We provided legal training to protect villagers’ rights

[Original (March 9, 2022); Translated by J. Tsuchiya/A. Taguchi]

In Laos, the lands of villagers in rural areas, which they use for daily life, are often grabbed and destroyed by developers without any sufficient compensation. In addition, excessive production of cash crops and woodcutting, including those done by the villagers themselves, cause unnoticed deforestation.

To improve this situation, the villagers need a guide to lead a stable life by preserving natural resources and the lands which are the basis of their livelihood as well as to be able to protect their own rights. Therefore, we implemented legal training on land use and other important legal information they need. From 2018 to 2021, we had 46 training sessions in 10 villages with a total number of 2,279 participants.

To protect the villagers’ rights on the use of their lands and natural resources and to teach them how to deal with cases involving land use, we gave them easy explanations of the related laws by using “the legal calendars” and posters on which they are concisely written. In the fiscal year of 2019, 72% of the participants in the legal training showed comprehension. In the fiscal year of 2020, 64% of the participants understood more than 70% of the contents of the training. Some villagers say:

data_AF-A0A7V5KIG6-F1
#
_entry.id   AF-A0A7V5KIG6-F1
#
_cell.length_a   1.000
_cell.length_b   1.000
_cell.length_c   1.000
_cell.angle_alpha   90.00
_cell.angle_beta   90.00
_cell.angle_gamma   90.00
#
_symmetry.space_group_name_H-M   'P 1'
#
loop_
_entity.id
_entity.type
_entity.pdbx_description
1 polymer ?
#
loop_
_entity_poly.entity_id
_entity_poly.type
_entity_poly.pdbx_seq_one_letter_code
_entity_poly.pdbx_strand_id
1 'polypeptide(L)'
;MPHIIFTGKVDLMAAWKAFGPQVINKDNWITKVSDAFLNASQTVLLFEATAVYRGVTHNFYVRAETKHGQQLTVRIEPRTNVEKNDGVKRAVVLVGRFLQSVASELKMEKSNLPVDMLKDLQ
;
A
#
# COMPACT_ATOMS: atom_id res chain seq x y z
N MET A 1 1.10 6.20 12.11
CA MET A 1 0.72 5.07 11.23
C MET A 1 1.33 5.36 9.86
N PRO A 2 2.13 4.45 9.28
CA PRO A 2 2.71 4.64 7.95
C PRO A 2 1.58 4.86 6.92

“We used to refrain from borrowing and lending land to avoid potential trouble because we had no land certificate. But having been trained, some villagers started to obtain an official certificate that clarifies the name of the landowner, area, and other information in detail to avoid any trouble when borrowing and lending.”

“I could learn about various laws concerning forests, lands, and rivers. Beforehand, the legal calendar was only a tool for me to know the date and lunar age, but now I consult it to learn about the contents of the laws. In a village meeting, I explained the legal calendar and laws to other villagers.”

These comments show that the villagers implement and share what they learned during the legal training. Laotian rural villagers know the best way to live in harmony with their natural environment. In order not to lose their lands that are richly endowed with nature and the basis of their livelihood, it is important that they are empowered to continue to protect and manage it by themselves.

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